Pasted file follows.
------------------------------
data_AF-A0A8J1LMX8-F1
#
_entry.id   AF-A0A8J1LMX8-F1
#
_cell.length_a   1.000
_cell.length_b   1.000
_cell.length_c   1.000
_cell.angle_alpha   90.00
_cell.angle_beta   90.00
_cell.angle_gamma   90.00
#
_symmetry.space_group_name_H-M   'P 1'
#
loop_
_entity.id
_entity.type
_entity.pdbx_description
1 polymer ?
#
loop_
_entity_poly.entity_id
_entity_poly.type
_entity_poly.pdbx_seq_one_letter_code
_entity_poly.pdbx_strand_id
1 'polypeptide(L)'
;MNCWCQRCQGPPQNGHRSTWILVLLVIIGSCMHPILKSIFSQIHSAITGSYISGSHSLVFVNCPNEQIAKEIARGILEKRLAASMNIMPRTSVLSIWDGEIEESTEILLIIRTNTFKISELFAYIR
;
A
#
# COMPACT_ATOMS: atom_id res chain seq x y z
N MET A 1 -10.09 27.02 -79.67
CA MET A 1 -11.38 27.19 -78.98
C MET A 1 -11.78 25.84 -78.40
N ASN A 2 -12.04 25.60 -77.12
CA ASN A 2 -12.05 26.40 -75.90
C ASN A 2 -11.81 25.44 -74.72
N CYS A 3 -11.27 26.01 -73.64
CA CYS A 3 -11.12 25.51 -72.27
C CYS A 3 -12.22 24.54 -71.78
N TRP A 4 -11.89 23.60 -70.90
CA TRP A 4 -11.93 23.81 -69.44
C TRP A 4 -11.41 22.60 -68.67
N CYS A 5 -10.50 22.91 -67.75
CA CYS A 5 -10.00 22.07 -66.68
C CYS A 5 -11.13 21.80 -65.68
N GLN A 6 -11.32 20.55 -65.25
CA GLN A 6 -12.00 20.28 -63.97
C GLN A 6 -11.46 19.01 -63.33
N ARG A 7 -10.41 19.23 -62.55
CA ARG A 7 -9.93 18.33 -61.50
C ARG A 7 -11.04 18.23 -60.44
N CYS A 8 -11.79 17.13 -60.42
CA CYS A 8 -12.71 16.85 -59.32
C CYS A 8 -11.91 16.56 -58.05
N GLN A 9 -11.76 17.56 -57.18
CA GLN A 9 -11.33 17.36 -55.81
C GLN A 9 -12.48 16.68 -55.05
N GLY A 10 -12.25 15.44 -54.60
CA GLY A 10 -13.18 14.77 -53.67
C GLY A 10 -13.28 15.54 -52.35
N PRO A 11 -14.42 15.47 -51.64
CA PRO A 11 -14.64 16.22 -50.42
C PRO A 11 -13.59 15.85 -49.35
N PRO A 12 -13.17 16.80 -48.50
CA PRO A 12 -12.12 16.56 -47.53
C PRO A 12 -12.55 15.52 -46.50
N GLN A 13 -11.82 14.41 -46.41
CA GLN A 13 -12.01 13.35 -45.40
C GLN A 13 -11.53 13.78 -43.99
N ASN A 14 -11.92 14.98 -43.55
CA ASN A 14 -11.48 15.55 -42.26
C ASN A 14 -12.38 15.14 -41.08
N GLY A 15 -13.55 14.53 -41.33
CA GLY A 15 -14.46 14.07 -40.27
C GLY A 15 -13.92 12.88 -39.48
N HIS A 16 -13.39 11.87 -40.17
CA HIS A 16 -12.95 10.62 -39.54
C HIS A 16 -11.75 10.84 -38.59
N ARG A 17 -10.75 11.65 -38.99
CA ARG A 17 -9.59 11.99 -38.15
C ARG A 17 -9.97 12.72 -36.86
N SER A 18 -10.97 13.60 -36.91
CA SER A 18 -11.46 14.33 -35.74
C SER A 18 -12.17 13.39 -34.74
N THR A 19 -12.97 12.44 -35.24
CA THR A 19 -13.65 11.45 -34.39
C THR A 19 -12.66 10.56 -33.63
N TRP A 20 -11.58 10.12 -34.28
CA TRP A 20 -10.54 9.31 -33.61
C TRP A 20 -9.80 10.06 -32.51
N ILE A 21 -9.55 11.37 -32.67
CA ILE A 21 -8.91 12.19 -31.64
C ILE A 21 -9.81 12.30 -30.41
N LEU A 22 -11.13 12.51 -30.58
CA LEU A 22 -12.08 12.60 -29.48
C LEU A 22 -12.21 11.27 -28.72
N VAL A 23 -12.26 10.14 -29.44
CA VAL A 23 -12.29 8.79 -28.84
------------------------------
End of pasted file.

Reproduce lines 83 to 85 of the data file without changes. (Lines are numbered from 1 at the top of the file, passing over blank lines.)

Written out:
CA SER A 18 -11.46 14.33 -35.74
C SER A 18 -12.17 13.39 -34.74
N THR A 19 -12.97 12.44 -35.24